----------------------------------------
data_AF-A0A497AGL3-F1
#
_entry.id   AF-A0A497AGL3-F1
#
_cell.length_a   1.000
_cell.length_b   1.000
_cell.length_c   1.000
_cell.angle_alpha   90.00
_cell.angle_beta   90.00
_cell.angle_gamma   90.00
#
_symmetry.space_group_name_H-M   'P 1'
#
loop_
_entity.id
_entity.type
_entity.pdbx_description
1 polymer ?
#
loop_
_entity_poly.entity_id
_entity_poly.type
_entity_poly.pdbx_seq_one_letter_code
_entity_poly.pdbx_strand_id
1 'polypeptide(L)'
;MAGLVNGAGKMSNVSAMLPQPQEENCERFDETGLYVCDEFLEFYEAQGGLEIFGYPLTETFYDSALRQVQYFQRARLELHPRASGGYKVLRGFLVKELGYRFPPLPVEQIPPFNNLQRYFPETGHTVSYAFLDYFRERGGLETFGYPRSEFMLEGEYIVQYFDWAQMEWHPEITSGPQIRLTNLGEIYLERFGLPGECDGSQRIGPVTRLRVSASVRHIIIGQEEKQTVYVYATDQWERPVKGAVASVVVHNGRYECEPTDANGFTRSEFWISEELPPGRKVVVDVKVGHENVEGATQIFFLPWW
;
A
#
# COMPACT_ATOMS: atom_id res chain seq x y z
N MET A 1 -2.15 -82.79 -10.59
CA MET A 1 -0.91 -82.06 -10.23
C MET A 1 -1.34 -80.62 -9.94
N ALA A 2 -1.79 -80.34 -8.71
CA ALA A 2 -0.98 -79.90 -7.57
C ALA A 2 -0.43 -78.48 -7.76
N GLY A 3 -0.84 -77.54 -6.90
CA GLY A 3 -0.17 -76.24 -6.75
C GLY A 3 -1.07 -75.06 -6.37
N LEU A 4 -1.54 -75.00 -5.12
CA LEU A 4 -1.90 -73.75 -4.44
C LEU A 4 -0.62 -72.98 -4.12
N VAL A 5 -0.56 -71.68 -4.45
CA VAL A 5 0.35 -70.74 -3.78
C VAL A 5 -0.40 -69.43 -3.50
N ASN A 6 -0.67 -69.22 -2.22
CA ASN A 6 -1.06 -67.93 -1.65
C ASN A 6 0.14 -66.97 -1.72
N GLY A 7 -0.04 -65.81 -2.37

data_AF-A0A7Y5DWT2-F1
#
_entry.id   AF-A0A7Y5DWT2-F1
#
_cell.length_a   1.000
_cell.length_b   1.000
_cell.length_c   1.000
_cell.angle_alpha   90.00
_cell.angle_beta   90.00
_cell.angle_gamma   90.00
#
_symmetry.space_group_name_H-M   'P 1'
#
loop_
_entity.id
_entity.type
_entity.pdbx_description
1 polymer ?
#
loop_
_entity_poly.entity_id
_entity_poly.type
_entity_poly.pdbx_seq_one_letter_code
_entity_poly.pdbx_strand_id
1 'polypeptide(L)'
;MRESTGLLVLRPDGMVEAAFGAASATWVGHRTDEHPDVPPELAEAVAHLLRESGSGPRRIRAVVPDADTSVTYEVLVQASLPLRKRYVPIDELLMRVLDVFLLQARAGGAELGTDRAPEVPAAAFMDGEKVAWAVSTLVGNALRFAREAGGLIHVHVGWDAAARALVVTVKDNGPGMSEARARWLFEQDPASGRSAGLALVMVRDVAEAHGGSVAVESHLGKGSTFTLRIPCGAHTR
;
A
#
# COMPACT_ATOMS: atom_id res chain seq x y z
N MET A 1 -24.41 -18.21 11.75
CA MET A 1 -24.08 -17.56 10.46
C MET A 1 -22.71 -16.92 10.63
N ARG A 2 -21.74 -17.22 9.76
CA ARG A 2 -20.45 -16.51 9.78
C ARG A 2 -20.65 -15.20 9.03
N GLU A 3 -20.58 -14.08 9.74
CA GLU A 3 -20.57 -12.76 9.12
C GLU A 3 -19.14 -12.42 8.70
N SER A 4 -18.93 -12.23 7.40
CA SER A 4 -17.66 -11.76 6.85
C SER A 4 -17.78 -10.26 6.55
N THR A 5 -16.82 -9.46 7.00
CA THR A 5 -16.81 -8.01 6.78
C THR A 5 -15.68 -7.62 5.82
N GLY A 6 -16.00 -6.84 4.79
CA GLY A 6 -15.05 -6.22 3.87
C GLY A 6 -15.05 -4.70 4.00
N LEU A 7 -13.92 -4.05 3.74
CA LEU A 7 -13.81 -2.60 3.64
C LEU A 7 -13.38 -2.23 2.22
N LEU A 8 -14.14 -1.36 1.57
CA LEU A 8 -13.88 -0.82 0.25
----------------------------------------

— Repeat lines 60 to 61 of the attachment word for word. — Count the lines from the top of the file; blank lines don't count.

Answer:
#
_symmetry.space_group_name_H-M   'P 1'